Taking the lead.
Huw Gronow – director, head of European equity trading at Principal Global Investors discusses the firm’s strategy in the post financial crisis world.
What do you think of the trend towards execution consulting on the sellside?
There is a lack of uniformity across the buyside structure and it is difficult to have one, two or three models that meet all of their requirements. The sellside has been under pressure for some time due to the global financial crisis and the fall in volumes, which is critical to their revenues. Successful sellside firms have leveraged technology to enhance their communication conduits to provide choice without losing quality or efficiency. However, there has been a change in the topography and in many cases the race for cost efficiencies has changed the relationship. It has led to what some call “juniorisation” where senior staff are replaced by more junior people to deal with more buyside firms. For us it is important to have the choice to select the relationships that best fit with our needs at any given time, which is why the structural design of a sellside operation is challenging.
How do you select a broker?
The criteria we use focuses on brokers’ abilities to access liquidity and that can take several guises. For example, it could range from a superior suite of algos, which can find liquidity in fragmented markets in a scaleable and efficient manner, to an expertise in small to mid-cap or emerging market stocks. Here we might look at a local or regional specialist. Since the trend has increased to more automated and self-directed trading, we are tending to place more value on technological competency and whether they are sound guardians of our order flow under the instructions we provide. We have about 25 to 30 brokers on our list and we put great store in transaction cost analysis to measure their performance. Given our deeper understanding of market structure, we are looking to integrate that analysis into our investment process.
Does that mean you are taking more responsibility for trading?
Overall, the buyside has taken much more responsibility for their own trading and will use the technology that the sellside has given them. For us though, one of the most critical factors has been the development of TCA in measuring not only broker, but also our own performance. We are now able to do that in a much more granular way, thanks to technology as well as the increased bank of data that is now available. We are able to harvest so much more information, which enables us to better measure the quality of the execution. This has meant that over the past 15 years, TCA has moved from being a pure compliance tool to a real-time strategic tool that enables us to attempt to quantitatively assess the value of the trading desk whether it is on a simple or more complex array of trades.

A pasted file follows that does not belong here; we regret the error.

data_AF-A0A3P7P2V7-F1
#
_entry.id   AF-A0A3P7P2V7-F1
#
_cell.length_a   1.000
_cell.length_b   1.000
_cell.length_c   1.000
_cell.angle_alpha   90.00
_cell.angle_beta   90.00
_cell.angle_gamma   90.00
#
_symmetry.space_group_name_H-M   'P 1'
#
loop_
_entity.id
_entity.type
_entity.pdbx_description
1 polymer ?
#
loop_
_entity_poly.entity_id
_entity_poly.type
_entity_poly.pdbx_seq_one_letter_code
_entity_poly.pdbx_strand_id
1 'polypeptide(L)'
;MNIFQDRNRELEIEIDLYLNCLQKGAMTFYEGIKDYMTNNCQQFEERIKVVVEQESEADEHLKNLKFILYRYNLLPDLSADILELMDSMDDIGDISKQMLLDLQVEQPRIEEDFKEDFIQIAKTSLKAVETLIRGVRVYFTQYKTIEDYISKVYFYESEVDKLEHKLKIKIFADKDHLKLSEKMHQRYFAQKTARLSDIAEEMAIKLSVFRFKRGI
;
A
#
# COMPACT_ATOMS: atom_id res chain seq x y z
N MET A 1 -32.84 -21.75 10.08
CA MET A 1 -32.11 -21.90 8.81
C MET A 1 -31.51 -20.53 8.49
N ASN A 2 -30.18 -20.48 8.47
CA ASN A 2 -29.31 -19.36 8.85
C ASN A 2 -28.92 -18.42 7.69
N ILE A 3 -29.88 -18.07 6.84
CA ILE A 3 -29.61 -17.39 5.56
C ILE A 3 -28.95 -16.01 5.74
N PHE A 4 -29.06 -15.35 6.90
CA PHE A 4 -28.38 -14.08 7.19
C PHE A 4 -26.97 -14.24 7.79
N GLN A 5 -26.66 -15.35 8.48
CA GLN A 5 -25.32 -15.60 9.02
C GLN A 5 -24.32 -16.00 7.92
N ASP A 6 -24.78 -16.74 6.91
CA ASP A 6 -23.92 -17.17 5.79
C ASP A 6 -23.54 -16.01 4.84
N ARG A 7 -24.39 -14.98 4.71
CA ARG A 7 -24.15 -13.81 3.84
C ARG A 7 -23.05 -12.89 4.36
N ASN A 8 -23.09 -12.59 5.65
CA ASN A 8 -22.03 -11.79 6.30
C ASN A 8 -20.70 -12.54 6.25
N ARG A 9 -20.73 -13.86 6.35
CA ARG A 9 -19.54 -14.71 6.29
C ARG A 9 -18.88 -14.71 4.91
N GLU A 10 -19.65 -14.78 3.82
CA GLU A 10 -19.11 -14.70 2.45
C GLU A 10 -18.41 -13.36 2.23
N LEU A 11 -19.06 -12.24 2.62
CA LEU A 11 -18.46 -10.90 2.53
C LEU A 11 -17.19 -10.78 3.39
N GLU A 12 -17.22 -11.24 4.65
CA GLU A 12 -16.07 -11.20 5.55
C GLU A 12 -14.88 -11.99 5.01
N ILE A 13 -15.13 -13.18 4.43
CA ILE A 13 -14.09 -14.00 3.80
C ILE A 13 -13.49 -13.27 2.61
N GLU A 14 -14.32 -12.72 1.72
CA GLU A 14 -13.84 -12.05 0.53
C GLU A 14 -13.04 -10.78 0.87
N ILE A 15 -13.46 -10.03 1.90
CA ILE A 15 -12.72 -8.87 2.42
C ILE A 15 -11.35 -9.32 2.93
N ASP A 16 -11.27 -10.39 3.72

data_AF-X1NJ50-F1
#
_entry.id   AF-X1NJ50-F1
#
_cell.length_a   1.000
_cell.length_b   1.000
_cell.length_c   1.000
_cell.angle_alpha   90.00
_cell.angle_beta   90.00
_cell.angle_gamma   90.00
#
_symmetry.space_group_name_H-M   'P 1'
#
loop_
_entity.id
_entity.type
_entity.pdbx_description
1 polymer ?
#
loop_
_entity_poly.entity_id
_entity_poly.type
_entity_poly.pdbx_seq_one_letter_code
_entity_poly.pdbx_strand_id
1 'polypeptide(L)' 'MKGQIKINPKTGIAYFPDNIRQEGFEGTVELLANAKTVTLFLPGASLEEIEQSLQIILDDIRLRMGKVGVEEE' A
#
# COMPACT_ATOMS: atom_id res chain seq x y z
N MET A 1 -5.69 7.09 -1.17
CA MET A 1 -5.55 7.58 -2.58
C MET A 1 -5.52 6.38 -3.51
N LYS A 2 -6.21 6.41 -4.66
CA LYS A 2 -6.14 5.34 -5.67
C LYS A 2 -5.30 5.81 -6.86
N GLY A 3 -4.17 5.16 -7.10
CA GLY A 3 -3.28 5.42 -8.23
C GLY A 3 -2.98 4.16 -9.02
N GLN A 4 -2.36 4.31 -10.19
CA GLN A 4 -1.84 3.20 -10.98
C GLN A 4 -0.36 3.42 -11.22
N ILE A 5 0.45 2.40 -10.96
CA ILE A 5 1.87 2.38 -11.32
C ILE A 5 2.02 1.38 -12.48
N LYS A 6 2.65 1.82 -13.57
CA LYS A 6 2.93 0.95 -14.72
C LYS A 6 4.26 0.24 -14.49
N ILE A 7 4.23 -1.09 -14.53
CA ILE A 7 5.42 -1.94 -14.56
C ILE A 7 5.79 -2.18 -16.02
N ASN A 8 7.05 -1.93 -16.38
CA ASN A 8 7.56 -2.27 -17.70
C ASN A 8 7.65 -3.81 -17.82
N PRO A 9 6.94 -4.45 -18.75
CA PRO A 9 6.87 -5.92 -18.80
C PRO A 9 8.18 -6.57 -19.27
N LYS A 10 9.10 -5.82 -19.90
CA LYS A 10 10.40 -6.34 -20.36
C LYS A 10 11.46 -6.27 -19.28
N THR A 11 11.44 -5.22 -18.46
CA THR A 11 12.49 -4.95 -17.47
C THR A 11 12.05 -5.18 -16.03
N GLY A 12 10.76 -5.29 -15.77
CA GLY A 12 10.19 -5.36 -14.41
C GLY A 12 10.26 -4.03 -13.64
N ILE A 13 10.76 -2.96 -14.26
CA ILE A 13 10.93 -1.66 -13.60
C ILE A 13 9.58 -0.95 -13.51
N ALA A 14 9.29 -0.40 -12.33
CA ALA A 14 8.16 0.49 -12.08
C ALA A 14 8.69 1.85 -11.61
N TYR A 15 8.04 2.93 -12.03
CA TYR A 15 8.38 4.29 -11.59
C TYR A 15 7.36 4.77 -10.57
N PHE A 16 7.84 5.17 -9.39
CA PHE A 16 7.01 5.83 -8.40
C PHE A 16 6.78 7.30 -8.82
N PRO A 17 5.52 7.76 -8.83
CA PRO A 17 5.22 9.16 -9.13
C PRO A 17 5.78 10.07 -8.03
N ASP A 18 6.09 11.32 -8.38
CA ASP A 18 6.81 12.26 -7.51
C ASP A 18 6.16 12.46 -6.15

What is the portfolio manager’s role?
We are seeing a much closer relationship between the portfolio manager and trader. In the past these two roles were segregated but we believe that the integration of the two leads to real benefits. Typically, portfolio managers would be more interested in the post trade review, but this has changed and they are becoming more involved in pre and post trade analysis. This has meant that the trading function is more than just simply a transaction execution function but an integral part of the strategic investment decision-making process. For example, integrating the pre-trade transaction cost estimates allows us to adjust the expected alpha signal with some reasonable estimate of implementation costs. As a result, decisions can be based on realisable, expected alphas rather than purely theoretical ones.